How to get Batman’s eyeliner look, according to The Batman’s makeup designer

Matt Reeves’s character Batman boldly does something that none of his previous on-screen counterparts have done: when the hood is off, he wears heavy, smoky eyes. While Robert Pattinson’s dark eyes certainly make for a compelling and unforgettable image, this aspect of his character design is nothing special. all about the aesthetic. (Honestly, this has a lot to do with aesthetics.) Eye makeup has a practical purpose: Bruce Wayne needs to cover the area around his eyes to completely hide his face by wearing a black hood. Other actors who play Batman in feature films are usually also wore those raccoon eyes, but Batman was the first to admit that the illusion of darkness required some cosmetic skill.

As makeup artist Naomi Donn told Polygon, director Matt Reeves really wanted the makeup to focus on how Batman looks right after he takes off his costume.

“Matt really wanted there to be leftovers [the eye makeup] when he took off his hood,” she explains. “So we pushed it. We actually took the cover off and looked at what was left and used that. Removing black eye makeup is really difficult and we used that.”

According to Donne, it was a trial and error process to get the perfect pair of dark eye makeup that looked good but still held. Between the movie’s rainy setting, sweaty costume, and tense action scenes, they needed something with a lot of staying power. After all, the perfectly emo Batman look was a mixture of pigment, cream eyeliner, pencil, and liquid makeup paint.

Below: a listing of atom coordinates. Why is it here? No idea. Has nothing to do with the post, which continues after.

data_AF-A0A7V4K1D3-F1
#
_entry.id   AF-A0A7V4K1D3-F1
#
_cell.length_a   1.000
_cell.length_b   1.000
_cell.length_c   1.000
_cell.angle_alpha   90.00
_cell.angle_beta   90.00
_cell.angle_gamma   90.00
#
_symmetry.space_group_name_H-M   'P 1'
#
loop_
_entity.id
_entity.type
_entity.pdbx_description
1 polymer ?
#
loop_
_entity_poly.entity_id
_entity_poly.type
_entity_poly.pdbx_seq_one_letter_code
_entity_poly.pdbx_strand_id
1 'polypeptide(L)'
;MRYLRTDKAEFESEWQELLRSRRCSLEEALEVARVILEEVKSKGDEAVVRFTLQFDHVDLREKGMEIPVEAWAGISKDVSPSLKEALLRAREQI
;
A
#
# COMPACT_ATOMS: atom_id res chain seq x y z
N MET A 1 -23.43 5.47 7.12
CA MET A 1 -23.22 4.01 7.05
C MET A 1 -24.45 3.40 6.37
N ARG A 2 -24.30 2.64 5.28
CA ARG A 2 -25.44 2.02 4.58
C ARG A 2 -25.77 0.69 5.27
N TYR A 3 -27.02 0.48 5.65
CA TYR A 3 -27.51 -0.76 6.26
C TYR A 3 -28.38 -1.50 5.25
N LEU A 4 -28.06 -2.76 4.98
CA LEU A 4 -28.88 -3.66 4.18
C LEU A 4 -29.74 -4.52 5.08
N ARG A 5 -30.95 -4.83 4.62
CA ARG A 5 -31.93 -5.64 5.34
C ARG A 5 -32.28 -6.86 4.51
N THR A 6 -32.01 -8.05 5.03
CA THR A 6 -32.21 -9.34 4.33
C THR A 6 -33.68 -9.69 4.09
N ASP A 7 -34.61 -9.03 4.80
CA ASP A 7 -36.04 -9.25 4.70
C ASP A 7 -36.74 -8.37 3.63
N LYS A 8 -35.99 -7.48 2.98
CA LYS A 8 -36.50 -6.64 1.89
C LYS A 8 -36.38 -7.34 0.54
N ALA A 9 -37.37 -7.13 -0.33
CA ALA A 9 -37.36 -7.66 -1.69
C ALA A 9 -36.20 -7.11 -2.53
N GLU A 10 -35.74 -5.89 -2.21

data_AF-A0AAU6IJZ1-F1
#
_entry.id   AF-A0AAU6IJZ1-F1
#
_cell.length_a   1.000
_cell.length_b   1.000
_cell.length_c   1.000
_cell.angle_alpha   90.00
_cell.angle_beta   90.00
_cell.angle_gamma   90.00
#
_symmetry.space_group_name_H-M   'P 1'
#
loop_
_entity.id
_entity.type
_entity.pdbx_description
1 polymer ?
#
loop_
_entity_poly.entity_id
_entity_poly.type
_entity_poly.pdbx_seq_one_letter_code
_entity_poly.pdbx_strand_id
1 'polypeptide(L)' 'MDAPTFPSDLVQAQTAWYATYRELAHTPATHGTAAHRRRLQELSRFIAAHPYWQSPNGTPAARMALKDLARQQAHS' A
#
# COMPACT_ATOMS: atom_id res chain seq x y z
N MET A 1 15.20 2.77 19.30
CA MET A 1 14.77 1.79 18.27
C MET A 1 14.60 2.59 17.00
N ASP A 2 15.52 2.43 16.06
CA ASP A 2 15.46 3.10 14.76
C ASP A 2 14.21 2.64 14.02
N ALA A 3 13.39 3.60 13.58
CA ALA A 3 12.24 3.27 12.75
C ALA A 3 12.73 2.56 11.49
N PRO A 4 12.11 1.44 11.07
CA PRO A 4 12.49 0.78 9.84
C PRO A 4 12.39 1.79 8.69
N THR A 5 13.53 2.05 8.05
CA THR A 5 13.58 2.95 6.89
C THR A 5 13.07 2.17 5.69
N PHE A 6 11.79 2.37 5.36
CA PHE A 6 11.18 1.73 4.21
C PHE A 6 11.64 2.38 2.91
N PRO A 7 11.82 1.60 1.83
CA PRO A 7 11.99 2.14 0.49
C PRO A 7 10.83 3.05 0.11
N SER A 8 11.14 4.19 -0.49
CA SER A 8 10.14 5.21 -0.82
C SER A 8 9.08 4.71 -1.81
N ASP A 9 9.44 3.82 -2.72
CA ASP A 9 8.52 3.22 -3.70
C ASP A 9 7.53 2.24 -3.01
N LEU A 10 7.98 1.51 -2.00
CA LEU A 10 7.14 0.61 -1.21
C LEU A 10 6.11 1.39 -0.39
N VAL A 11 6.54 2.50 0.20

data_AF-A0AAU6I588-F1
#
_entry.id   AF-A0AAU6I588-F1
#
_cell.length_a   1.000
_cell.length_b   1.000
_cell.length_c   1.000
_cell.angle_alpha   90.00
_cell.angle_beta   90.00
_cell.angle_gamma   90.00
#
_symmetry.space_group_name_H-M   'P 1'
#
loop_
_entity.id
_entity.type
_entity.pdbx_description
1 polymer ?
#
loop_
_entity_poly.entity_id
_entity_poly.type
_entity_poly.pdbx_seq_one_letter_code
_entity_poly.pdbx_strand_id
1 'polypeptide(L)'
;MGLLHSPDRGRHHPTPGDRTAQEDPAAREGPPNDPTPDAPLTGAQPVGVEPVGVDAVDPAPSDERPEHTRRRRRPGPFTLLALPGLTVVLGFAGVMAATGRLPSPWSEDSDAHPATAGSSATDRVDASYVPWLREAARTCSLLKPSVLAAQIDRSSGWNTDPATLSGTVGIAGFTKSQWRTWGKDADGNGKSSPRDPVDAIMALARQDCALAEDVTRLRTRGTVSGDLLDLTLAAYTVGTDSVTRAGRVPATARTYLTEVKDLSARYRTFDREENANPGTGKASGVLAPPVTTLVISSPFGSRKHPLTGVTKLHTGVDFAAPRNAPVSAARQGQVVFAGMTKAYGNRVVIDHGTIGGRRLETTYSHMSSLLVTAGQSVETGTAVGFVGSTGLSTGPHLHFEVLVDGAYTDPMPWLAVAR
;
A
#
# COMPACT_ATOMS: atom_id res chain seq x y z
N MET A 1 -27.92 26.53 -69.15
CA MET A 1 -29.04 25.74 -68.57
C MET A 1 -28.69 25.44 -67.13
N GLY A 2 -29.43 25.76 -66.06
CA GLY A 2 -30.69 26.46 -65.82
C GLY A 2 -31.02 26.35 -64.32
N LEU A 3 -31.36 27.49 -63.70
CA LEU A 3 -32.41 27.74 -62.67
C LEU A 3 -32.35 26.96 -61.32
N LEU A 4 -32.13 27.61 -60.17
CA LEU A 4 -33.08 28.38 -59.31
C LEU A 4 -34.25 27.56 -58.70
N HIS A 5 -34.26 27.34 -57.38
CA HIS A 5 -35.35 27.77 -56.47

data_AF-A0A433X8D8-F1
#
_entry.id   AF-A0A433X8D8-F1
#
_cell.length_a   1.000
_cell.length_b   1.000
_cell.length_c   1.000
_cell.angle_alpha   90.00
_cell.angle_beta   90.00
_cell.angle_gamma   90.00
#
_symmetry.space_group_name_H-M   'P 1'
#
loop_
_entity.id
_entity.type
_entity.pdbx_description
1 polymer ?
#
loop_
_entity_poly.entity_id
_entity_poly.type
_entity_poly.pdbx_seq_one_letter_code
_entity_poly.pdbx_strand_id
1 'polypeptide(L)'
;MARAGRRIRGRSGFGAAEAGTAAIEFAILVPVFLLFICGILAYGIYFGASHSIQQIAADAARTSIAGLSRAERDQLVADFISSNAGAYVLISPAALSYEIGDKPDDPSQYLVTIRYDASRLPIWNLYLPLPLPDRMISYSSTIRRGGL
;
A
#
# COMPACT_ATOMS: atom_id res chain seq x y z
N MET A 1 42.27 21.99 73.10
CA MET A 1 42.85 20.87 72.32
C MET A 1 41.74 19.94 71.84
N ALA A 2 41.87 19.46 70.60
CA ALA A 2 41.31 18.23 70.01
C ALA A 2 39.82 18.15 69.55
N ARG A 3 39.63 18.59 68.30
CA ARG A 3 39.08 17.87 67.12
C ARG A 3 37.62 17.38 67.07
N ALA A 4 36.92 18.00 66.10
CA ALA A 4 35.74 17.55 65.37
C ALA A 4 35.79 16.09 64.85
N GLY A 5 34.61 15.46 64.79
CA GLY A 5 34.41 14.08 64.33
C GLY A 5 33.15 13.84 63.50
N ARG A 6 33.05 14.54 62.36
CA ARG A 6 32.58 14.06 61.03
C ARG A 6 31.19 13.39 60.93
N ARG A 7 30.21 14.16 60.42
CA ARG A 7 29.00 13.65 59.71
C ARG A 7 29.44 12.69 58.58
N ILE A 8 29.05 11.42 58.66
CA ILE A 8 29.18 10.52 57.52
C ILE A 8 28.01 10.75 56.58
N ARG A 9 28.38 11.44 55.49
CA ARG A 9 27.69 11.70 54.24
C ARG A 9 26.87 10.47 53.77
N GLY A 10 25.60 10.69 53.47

“And then,” she says, “to brighten it up, we used this slightly glittery pigment to give it a bit of light so that it reflects light just like his Batsuit.”

While the dark eyeliner is certainly reminiscent of the emo and goth subcultures, Donn says that Reeves’ point of contact with Batman’s looks came from another specific source: Kurt Cobain. Reeves previously revealed how the Nirvana singer inspired him to create the Caped Crusader and how he learned more on the jaded Bruce Wayne than the millionaire playboy. In fact, this connection led Reeves to play Robert Pattinson. Quite naturally, the deeper character threads that connect Kurt Cobain and this version of Bruce Wayne also extend to their visual aesthetic. After all, Cobain sported black eyeliner in the ’90s, even if it wasn’t as messy as Bruce Wayne’s outfit in the movie.

“I liked that sometimes it was very blurry and ran down his face, and other times it was just a smoky eye. But at all times it has never been clean. It always came from the remains of the hood,” says Donn. “It was the way Batman lingered in Bruce Wayne after he took off his costume.”

But as much as we talk about eye makeup metaphors and how the lingering ghost of Batman will haunt Bruce Wayne forever, Donne boils it all down to a universal truth: “It also looked sexy as hell. Men in black eye makeup Indeed Okay.

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